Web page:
Speech delivered at UNIDO Least Developed Countries Ministerial Conference

23.11.2017 | Vienna, Austria

Speech of OFID Director-General Suleiman J Al-Herbish at the opening session of the United Nations Industrial Development Organization (UNIDO) Least Developed Countries Ministerial Conference on November 23, 2017. The conference focused on: Building global partnerships: Enhancing growth and inclusiveness in LDCs.

Excellences, ladies and gentlemen, good morning.
It is always a pleasure to speak to you and I would like to thank my dear friend, Mr LI Yong, for giving me the opportunity to talk to you about two of my favorite topics. OFID’s relationship with the Least Developed Countries (LDCs) and how our alliance with UNIDO helps implement the help they need.

OFID’s commitment to developing the productive capacities of LDCs extends back more than 40 years to our very first operation, which was approved in 1976 (Sudan). As a matter of fact, our establishing agreement states that, “in carrying out its functions, the Fund shall pay special attention to the needs of the less developed among eligible countries.”

So you see, our cooperation with these countries predates both the 2001 establishment of the UN-OHRLLS as well as the 2011 Istanbul Declaration and Program of Action. Our endeavors supporting the LDCs are further strengthened by our commitment to the Busan Partnership for Effective Development Co-operation. This partnership is, first and foremost, a continuous forum for setting and monitoring development objectives towards a joint commitment to alleviating poverty.

Our engagement equates to more than half of all our public sector loans enabling the development of the LDCs. These operations include our debt relief initiative to the heavily indebted poor countries (HIPC) which has assisted more than a dozen LDCs over the years.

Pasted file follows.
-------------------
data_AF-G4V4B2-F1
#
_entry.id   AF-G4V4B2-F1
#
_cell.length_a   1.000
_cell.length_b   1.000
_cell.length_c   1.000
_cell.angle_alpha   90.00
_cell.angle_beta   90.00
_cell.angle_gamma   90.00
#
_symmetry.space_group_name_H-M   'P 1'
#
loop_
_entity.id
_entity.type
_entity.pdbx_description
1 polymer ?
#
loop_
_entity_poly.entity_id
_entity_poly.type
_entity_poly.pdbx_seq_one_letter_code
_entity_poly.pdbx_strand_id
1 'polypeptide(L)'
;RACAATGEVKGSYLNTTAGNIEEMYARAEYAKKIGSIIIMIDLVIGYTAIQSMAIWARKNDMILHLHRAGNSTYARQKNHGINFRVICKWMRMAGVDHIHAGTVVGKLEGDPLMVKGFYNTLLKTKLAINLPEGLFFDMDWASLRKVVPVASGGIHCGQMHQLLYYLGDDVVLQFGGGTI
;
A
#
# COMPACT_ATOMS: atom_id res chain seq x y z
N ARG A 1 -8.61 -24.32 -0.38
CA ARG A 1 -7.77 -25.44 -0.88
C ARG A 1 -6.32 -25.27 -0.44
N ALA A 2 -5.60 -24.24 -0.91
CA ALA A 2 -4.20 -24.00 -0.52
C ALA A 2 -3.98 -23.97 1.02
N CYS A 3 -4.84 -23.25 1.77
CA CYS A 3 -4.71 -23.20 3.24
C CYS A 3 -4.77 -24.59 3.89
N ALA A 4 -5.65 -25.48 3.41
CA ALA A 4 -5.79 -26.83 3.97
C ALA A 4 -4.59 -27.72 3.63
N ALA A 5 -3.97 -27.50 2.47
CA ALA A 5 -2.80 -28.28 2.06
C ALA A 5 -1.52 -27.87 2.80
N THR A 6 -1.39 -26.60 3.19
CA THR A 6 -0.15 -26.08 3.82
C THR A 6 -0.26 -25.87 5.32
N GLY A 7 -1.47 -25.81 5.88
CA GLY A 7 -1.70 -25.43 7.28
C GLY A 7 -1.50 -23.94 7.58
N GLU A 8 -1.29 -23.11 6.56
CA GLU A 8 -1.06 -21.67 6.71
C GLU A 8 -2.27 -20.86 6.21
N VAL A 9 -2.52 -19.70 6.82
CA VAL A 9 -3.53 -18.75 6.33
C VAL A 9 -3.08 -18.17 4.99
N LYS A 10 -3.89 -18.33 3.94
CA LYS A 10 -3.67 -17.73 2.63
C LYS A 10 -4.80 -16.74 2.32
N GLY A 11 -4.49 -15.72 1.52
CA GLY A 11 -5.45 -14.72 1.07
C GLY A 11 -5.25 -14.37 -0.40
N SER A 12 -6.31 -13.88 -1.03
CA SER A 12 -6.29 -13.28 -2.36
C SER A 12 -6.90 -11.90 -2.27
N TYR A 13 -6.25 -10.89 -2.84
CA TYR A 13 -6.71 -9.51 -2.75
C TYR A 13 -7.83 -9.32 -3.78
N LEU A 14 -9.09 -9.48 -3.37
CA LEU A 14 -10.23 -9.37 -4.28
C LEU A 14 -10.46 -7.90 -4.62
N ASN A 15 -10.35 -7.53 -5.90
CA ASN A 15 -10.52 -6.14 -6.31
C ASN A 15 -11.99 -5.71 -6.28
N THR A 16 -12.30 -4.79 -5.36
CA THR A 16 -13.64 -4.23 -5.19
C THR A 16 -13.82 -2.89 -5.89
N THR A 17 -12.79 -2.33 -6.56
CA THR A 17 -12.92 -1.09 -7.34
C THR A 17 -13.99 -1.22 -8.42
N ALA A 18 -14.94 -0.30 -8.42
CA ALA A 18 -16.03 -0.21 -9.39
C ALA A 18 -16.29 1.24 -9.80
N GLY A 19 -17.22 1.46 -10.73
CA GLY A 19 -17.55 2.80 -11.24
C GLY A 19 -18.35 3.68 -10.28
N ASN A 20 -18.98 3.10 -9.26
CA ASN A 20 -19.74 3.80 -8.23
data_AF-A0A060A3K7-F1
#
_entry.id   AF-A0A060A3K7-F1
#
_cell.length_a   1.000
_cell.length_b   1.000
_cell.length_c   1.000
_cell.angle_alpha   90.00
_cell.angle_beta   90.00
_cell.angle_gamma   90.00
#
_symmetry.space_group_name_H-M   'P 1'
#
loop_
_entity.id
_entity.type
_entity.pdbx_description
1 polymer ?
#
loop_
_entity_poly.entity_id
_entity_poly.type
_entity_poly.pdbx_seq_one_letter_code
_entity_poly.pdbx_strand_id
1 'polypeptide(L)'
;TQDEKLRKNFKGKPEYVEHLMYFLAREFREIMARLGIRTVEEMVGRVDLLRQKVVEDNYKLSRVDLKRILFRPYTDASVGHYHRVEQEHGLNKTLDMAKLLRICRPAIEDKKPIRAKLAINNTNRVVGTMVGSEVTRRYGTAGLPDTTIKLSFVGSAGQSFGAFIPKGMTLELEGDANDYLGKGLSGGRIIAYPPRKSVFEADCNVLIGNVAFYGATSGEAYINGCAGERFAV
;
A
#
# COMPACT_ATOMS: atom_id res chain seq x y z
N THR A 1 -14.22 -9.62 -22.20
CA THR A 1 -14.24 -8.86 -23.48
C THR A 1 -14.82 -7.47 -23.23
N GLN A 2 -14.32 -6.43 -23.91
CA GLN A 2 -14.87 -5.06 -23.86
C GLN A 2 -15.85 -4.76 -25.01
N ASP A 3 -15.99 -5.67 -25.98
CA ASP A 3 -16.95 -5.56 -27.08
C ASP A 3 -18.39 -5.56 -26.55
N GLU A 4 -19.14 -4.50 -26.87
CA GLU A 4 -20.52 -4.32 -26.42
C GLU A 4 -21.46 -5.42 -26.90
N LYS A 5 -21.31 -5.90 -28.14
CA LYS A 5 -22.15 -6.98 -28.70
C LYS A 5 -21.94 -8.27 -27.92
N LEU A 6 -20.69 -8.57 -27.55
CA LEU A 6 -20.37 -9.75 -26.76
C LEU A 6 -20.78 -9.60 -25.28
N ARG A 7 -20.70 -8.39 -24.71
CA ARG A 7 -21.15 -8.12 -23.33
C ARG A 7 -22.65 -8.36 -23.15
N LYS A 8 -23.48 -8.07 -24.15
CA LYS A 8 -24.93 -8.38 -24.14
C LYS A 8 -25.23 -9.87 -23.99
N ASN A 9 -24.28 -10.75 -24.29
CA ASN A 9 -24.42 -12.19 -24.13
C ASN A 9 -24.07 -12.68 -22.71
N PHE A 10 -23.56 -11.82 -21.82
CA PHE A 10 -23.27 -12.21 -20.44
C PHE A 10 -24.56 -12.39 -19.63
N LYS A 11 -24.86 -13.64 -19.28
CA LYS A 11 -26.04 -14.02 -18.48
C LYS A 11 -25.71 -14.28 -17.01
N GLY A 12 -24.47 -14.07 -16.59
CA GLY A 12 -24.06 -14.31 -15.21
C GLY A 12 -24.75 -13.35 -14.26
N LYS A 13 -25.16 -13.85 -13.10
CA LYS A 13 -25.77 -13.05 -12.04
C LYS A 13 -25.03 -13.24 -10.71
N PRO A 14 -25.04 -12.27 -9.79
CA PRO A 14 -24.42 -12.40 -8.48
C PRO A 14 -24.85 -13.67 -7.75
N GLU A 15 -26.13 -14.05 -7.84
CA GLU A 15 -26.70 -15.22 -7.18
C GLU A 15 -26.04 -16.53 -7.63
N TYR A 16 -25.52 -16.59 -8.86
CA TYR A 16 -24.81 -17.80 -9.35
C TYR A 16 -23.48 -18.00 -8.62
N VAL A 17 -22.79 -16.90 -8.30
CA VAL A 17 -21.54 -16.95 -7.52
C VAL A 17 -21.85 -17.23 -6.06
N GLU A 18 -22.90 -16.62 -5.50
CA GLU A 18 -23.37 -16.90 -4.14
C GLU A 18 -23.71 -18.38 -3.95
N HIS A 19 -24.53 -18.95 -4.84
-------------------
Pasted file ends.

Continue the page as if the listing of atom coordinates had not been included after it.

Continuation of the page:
The main goal of the Istanbul Declaration and Program of Action is to enable half of the 48 least developed countries to graduate out of this category by 2020.

Our commitments have borne fruit in helping to achieve sustained and inclusive economic growth. For instance, the US$178 million that OFID has committed to the Maldives, Cabo Verde, Samoa, Botswana and Equatorial Guinea has contributed to their graduation out of the LDC category.

Excellences, ladies and gentlemen, Now, let me say a few words about how our cooperation with UNIDO is strengthened by our purpose. The best example I can think of is energy poverty alleviation.

Energy poverty alleviation is a cause that OFID has championed since receiving a special mandate from the Third OPEC Summit in Riyadh, Saudi Arabia, in November 2007. In our pursuit of this noble goal, it is especially gratifying that many different institutions have joined forces with us in helping place access to sustainable energy for all on the 2030 Global Development Agenda as SDG7.

One such strategic alliance, under the wise leadership of Mr LI Yong, is UNIDO. In this respect, let me quote what my dear friend LI Yong wrote in his Foreword for my book ‘Uniting Against Poverty’. In this, he said the following:

Energy is a great integrator: it cuts across all sectors and lies at the heart of the interests of all countries, industries and communities.

The inclusion of energy access in the Sustainable Development Goals (SDGs), and the clear recognition that SDG7 is essential to achieve other SDGs, underscores the enduring and deep relationship between OFID and UNIDO. SDG7 would not have been possible without the strategic partnerships and joint efforts of OFID, UNIDO, and other like-minded institutions.

There are many examples of the way our two organizations’ actions on the ground neatly complement each other: last year, OFID granted funds to ECREEE to build mini-grids in four western African countries; OFID supports and participates in the Vienna Energy Forum, of which UNIDO is a major advocate; and OFID directly supports other important aspects of UNIDO’s work, with grants for ongoing projects in the agri-food sector in Ethiopia and the fisheries value chain in Latin America.

Our alliance was forged in our common desire to end energy poverty and it has been strengthened by the common conviction that access to modern energy services is a vital precondition to achieving sustainable development, including the industrialization of developing countries.

Excellences, ladies and gentlemen, I leave you with these words from Mr LI Yong, and I remain confident that similar collaborations, partnerships and cooperation growing from this conference will bolster the global community’s efforts to promote sustainable development within LDCs. Thank you.